The Case for a Targeted Living Wage Subsidy

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The living wage movement has been successful in promoting ordinances at the city or county level that would mandate covered businesses to pay wages much higher than the effective state or local minimum wage. At least 60 local governments have adopted some type of living wage mandate legislation. A typical ordinance requires contractors and businesses receiving governmental financial assistance to pay a minimum wage ranging from 150 to 225 percent of the minimum wage. The movement has even broader goals, including federal living wage legislation and expansion of wage mandates to cover all low-wage employees.

The living wage movement argues that public money should not be used to create jobs that pay “poverty level” wages. This argument has surface appeal, which has attracted a number of religious and charitable organizations to their cause. However, on closer examination, living wage mandates are at best an inefficient and inferior policy vehicle for helping poor families. At worst, they harm poor families by reducing their work opportunities and incomes. A better alternative is a targeted wage subsidy that lifts the income of those most in need without raising labor costs to employers. High labor costs discourage employers from hiring, which means that those workers with limited skills and work experience are likely to be excluded from the job market.

Wage subsidies usually are administered through the tax code to provide a tax credit to either employers or workers. An example of an employer-type subsidy is the Work Opportunity Tax Credit that is available to businesses that employ certain types of low-skilled workers. An example of an employee-based subsidy is the Earned Income Tax Credit (EITC) that is available to families with low earnings based on earnings level and family size.

Advantages of Wage Subsidies Over Wage Mandates
Wage subsidies have three primary advantages over the living wage mandates:

Wage mandates raise the cost of hiring and thus may destroy jobs and work opportunities. In contrast, wage subsidies either lower, or have no effect on, labor cost and thus do not discourage, and may encourage, hiring of workers with limited skill.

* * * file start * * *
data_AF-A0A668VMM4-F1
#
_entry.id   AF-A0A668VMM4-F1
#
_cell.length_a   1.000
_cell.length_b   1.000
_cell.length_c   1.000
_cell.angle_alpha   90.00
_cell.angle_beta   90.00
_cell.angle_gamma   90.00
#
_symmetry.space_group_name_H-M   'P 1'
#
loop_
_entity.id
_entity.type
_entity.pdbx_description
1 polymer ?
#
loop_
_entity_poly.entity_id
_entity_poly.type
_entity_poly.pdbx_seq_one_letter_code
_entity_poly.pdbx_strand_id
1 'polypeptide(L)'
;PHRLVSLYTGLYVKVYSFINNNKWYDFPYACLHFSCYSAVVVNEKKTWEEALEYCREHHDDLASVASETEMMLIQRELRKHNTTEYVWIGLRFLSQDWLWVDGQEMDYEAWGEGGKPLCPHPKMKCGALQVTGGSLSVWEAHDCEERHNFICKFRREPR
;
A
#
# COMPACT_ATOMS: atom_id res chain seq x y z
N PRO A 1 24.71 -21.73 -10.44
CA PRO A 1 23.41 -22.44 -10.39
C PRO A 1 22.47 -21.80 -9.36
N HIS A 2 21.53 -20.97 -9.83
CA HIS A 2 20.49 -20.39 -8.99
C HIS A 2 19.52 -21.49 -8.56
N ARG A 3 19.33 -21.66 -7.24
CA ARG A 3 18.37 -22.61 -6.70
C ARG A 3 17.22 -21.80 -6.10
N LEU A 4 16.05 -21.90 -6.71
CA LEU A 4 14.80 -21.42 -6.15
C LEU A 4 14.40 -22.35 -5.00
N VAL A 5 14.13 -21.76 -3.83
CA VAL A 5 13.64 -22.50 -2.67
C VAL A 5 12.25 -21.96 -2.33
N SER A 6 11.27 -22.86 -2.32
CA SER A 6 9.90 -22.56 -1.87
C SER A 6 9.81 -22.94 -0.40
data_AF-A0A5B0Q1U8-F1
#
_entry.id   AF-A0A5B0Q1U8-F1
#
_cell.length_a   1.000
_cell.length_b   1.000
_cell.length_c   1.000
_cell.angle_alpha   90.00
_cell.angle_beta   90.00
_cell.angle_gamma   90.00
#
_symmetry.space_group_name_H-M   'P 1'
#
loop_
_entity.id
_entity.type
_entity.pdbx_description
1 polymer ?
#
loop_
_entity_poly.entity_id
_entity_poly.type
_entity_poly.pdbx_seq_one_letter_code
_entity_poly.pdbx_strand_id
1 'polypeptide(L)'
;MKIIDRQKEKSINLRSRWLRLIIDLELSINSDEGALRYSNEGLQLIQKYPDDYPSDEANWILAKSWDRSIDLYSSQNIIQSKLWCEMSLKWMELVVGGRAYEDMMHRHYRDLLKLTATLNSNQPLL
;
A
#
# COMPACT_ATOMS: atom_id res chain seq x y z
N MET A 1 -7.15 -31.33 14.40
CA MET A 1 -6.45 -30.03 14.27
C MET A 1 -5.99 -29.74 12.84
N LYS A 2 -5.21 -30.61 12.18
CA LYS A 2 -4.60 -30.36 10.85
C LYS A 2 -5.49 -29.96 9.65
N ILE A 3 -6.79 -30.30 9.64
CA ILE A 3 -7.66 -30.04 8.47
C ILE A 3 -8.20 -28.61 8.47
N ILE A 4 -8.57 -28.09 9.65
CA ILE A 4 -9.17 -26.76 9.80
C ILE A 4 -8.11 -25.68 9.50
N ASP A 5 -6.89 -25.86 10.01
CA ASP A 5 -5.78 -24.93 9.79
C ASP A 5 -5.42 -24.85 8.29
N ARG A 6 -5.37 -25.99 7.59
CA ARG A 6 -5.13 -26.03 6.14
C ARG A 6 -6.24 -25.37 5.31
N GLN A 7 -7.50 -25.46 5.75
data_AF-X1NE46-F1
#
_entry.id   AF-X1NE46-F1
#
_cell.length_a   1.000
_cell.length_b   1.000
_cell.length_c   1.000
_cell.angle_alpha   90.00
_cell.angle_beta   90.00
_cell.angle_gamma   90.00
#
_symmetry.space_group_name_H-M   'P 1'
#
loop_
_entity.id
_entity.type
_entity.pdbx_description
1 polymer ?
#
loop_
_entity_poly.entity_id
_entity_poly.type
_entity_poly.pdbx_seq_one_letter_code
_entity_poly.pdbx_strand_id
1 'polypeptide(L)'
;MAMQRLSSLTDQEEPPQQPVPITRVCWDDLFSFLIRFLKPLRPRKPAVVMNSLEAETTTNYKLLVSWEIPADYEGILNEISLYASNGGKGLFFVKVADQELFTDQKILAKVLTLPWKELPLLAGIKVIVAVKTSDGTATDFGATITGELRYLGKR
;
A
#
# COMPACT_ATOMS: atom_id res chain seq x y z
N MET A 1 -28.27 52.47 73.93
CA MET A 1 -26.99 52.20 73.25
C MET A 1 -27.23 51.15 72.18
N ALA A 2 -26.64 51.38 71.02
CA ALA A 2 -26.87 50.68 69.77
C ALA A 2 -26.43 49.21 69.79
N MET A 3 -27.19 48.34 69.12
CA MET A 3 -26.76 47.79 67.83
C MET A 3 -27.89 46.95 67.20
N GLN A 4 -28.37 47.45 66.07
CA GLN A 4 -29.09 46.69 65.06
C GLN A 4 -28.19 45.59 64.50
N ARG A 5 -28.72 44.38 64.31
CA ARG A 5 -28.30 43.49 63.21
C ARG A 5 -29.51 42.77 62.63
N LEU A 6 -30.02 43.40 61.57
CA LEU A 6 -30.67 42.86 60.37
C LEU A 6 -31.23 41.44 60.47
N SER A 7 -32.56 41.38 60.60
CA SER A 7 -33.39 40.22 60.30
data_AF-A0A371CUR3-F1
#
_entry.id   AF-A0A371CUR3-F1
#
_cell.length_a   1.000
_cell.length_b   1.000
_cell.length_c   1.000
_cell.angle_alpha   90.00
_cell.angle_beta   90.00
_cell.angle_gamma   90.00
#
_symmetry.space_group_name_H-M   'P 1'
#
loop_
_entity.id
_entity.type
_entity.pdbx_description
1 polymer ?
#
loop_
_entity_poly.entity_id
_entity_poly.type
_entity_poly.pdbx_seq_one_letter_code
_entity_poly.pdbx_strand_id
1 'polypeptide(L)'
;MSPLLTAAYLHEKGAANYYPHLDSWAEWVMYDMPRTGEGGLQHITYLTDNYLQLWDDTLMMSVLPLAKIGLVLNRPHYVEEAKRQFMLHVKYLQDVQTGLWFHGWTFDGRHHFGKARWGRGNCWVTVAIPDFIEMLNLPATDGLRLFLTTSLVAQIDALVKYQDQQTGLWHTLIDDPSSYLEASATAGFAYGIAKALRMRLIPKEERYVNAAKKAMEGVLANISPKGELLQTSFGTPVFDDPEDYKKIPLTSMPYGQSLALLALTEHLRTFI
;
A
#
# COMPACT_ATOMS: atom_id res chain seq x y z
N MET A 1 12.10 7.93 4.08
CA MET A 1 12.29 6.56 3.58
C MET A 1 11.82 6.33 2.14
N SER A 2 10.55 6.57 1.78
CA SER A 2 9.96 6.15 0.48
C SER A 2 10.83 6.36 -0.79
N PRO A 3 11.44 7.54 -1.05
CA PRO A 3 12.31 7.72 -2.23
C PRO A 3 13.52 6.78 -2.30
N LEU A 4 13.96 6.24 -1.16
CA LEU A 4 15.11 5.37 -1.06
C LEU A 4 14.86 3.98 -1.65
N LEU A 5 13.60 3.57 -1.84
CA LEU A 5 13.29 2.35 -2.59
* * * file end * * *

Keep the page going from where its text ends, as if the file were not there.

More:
Wage mandates are poorly targeted to low-income families, most of whom have either no workers or only part-time workers. Conversely, many who would benefit from the wage mandates do not need the boost because they are secondary workers in relatively affluent families. In contrast, wage subsidies, by encouraging work, bring their benefits to more poor families than can be reached by wage mandates. Wage subsidies also are more cost-effective than wage mandates because they limit eligibility to those most in need.
Wage mandates are not efficient in raising the disposable (i.e., after-tax, after-benefit) income of workers in poor families because much of the gain in earnings is lost in taxes or benefit reductions. Many of the poor receive governmental assistance, such as welfare, food stamps and the EITC, that is phased out as family income rises. Low-income families can lose as much as 90 percent (more in some cases) of wage gains in taxes, lost benefits and refundable tax credits. On the other hand, employee-based wage subsidies such as the EITC provide benefits that either are not taxed or are taxed at a lower effective rate than wages. Also, under current regulations, such subsidy benefits do not cause families to lose as much governmental assistance or tax credits as do wage increases.

A Targeted Living Wage Subsidy
Based on research into the effects of living wage programs, it is possible to design a local targeted wage subsidy program that would have the same effect on the disposable income of workers in poverty but at much lower costs. A local government could piggyback on the state or federal EITC for the employee base they wish to support. For example, rather than adopting a living wage mandate for contractors, a locality could enact a targeted wage subsidy for employees of contractors who are eligible for the state or federal credit.

We estimate that such a targeted wage subsidy could deliver the same benefits as a living wage mandate to workers in genuine financial need at 35 to 60 percent of the budgetary cost of the wage mandate. In a major city such as Los Angeles, this could translate into saving as much as $3 to $7 million annually. This comparison does not even consider the additional wage subsidy benefits of avoiding the loss of jobs and loss of work opportunities.

The targeted wage subsidy alternative is more cost-effective for three main reasons. First, based on research on the San Francisco and Los Angeles living wage ordinances, local governments are likely to absorb 50 to 75 percent of the living wage mandate’s increase in labor cost. Second, based on data from the U.S. Census Bureau, less than 30 percent of those workers who would benefit from untargeted mandated higher wages are from families in poverty. Finally, because many of the intended beneficiaries stand to lose governmental assistance when their earnings rise, the wage subsidy allows them to keep more of their benefits, particularly the refundable EITC. Thus, by redirecting the benefits to those in need by a means that is more tax advantaged than wages, the local government ends up paying less for the same gain to workers.